N’diaye sent Batum to an elite hospital — the Cleveland Clinic — for an expedited workup. A heart specialist found nothing of concern, but before making a final appraisal, he needed the records of Richard Batum’s death. Except there were none. No autopsy had been performed. His official cause of death was unknown. The presumption was either a heart attack or a ruptured aneurysm, but the Cleveland doctor needed more clarity. They eventually tracked down the doctor who pronounced Richard Batum’s death; he’d retired and moved to Africa.
Batum and N’diaye joined a conference call with the two doctors conferring on what might have caused Richard Batum’s death.
“Just bizarre. There was no way to make this easy,” N’diaye said of that call. “Nic’s mom had never really talked about exactly what happened, and he was just a baby at the time. This was his first time with doctors” speculating as to what occurred.
There seemed a real possibility Batum would go undrafted.
“It really did feel like, ‘Either you’ll (be cleared to) play basketball, or go home and do something else entirely.’ ” Batum said. “That was the toughest moment of my life.”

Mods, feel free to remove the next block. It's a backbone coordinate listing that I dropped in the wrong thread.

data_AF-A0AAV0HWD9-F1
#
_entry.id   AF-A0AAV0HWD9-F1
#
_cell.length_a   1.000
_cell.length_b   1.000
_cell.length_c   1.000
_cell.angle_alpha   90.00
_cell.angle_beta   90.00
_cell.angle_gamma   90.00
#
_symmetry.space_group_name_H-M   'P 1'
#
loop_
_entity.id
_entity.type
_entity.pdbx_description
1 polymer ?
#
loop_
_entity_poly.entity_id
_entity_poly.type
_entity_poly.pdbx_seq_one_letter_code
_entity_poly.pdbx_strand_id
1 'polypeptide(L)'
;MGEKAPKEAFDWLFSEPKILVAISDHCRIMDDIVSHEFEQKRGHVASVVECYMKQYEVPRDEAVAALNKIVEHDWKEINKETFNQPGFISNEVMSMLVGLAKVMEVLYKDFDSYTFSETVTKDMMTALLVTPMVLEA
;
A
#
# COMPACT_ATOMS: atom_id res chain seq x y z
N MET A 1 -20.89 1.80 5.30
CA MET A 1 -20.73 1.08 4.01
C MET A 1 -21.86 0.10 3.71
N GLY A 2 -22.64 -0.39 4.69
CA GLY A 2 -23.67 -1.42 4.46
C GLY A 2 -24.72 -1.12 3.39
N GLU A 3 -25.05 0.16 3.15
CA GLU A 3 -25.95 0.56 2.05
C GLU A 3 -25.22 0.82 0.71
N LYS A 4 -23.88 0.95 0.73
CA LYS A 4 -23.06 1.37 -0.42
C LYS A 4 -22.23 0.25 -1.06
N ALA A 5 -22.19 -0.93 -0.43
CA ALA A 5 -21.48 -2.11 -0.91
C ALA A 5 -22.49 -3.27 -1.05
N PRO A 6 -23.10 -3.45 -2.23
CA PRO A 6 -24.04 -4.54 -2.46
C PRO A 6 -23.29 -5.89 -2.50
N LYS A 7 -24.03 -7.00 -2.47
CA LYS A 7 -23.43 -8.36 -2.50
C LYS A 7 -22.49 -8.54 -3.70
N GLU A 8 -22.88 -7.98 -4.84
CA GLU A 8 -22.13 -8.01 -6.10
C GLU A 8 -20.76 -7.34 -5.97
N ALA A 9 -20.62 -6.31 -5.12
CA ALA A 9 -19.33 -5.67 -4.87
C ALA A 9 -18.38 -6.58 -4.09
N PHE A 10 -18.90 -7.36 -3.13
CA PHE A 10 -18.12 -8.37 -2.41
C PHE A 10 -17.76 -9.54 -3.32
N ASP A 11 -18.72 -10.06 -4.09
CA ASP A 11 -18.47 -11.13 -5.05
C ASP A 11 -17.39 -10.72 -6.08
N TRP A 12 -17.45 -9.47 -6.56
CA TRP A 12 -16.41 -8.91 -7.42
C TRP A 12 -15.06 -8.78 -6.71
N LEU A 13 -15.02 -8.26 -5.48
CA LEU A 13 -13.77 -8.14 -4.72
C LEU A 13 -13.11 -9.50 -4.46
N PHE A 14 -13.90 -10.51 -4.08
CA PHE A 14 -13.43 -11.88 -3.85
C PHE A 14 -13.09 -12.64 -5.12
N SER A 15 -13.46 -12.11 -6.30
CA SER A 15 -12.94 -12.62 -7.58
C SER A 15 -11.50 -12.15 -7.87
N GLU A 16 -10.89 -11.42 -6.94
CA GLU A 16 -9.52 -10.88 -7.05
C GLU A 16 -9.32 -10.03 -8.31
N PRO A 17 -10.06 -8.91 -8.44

The doctor in Cleveland signed off on Batum’s health, but that wasn’t sufficient to stop his potential drift in the draft. N’diaye started calling teams with later first-round picks. Batum’s draft ceiling was torn away, through no fault of his own; it was time to find his floor.
“Two days before the draft, I was no longer sure he’d be picked by a team in the first round,” N’daiye recalled. “I always knew the Spurs were interested, particularly with Tony Parker’s success, so I called R.C. (Buford, the Spurs general manager).
He said, ‘We love him as a basketball player. We just need to know’ he’s healthy long-term.
Buford got Batum to a second specialist in Texas, who also signed off on his health. He was drafted 25th overall — six spots before the end of the first round, and one spot before the Spurs’ pick — by the Houston Rockets, but headed to the Portland Trail Blazers in a prearranged trade.